'Crazy chemist' drugs campaign criticised by scientists
A government anti-drugs campaign featuring an image of a "crazy chemist" dishing out harmful substances has been criticised by scientists.
The Royal Society of Chemistry said the posters, warning students about the dangers of legal highs, use a "lazy stereotype of the chemist as unhinged scientist".
It has called for them to be withdrawn.
The Home Office said its character was clearly fictional and resonated well with young people.
It added that it made the point that these drugs were being developed by unscrupulous dealers using dangerous chemicals.
But the Home Office says on its website that the posters and postcards being distributed around universities feature "an eye-catching and menacing scientist" to convey the unscrupulous nature of people who create and sell such substances.
The RSC's director of science and education, Jim Iley, said it was totally irresponsible that the government had decided to use such an image for its important campaign.
"Chemists in the UK and elsewhere invest significant amounts of time to use chemistry to solve health-related issue and, consequently, improving people's lives," he added.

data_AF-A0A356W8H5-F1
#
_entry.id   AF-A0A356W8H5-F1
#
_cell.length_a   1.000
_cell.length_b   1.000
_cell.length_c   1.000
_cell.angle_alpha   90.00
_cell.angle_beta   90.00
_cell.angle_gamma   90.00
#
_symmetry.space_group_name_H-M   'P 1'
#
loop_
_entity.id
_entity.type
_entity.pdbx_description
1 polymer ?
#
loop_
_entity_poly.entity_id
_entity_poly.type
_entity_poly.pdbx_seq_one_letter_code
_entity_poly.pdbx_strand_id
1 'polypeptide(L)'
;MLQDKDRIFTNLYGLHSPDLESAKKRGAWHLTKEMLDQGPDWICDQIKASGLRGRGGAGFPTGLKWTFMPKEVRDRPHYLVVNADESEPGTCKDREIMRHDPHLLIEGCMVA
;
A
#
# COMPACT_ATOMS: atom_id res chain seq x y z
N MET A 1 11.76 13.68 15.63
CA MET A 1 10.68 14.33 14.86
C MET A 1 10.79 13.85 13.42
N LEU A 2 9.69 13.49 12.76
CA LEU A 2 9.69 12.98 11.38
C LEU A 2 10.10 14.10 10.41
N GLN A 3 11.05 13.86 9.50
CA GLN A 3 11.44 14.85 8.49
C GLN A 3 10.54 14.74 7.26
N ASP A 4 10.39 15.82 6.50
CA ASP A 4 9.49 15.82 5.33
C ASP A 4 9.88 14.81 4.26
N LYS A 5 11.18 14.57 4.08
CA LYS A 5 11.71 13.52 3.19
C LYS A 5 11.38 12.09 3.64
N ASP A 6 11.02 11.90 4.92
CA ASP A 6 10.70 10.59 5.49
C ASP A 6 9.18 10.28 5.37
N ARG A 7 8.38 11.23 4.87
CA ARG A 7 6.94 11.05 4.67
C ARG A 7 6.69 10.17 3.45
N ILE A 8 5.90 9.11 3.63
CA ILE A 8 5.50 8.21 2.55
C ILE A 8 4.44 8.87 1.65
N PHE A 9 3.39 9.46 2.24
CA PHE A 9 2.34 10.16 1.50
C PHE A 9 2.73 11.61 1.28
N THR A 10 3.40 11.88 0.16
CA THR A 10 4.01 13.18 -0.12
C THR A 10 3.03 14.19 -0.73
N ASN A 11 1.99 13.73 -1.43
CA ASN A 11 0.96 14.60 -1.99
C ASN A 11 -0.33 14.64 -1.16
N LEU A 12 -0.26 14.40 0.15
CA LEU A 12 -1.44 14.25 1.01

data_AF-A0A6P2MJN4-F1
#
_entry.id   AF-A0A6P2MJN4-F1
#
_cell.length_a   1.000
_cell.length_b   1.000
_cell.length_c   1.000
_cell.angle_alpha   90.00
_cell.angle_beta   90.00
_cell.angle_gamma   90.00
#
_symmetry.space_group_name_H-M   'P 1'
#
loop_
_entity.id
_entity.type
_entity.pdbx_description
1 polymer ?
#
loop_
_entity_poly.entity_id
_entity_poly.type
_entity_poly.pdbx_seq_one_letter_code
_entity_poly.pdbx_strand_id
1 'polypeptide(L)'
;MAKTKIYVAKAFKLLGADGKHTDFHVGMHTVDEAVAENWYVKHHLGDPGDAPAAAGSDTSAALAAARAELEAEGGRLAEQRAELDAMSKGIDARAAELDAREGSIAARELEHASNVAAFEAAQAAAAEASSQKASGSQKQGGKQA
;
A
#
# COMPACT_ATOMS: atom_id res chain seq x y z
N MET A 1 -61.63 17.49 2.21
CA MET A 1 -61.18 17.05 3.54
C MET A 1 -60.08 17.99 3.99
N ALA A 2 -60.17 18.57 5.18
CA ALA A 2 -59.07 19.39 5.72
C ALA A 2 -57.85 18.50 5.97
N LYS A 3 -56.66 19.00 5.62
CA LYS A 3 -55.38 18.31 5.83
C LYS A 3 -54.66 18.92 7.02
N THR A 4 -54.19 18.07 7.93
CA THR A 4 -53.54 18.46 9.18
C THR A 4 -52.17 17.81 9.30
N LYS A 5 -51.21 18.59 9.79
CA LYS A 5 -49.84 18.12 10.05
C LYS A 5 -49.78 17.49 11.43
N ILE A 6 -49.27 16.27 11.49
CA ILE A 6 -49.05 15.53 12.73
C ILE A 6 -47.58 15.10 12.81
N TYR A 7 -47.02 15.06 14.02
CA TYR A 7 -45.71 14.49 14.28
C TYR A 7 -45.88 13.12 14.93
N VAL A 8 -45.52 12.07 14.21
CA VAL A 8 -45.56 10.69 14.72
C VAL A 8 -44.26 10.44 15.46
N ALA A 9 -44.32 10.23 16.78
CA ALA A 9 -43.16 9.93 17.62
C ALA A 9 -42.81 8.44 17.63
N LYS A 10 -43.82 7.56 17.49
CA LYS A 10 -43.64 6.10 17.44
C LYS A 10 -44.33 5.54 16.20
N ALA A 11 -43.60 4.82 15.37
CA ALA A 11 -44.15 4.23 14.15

"Rather than reinforcing unhelpful stereotypes, the government needs to be sending a clear message that we need chemists because they are able to offer positive solutions to the issues facing our society, not contributing to them.
"The people dealing in legal highs in towns and cities are not chemists and should not be referred to as such."
'Legal but dangerous'
He said that his organisation would have been happy to have given its advice on how best to tackle this issue.
Launching the campaign, minister for crime prevention James Brokenshire said: "The legal highs market is changing. Unscrupulous drug dealers constantly try to get around the law by peddling chemicals, which are often harmful, to young people.
"Through this campaign we want to send a clear message to anyone tempted to try a new drug, that just because something is advertised as 'legal' does not mean it is safe and it may already be banned.
"There is increasing evidence that substances sold as 'legal highs' often contain harmful illegal drugs."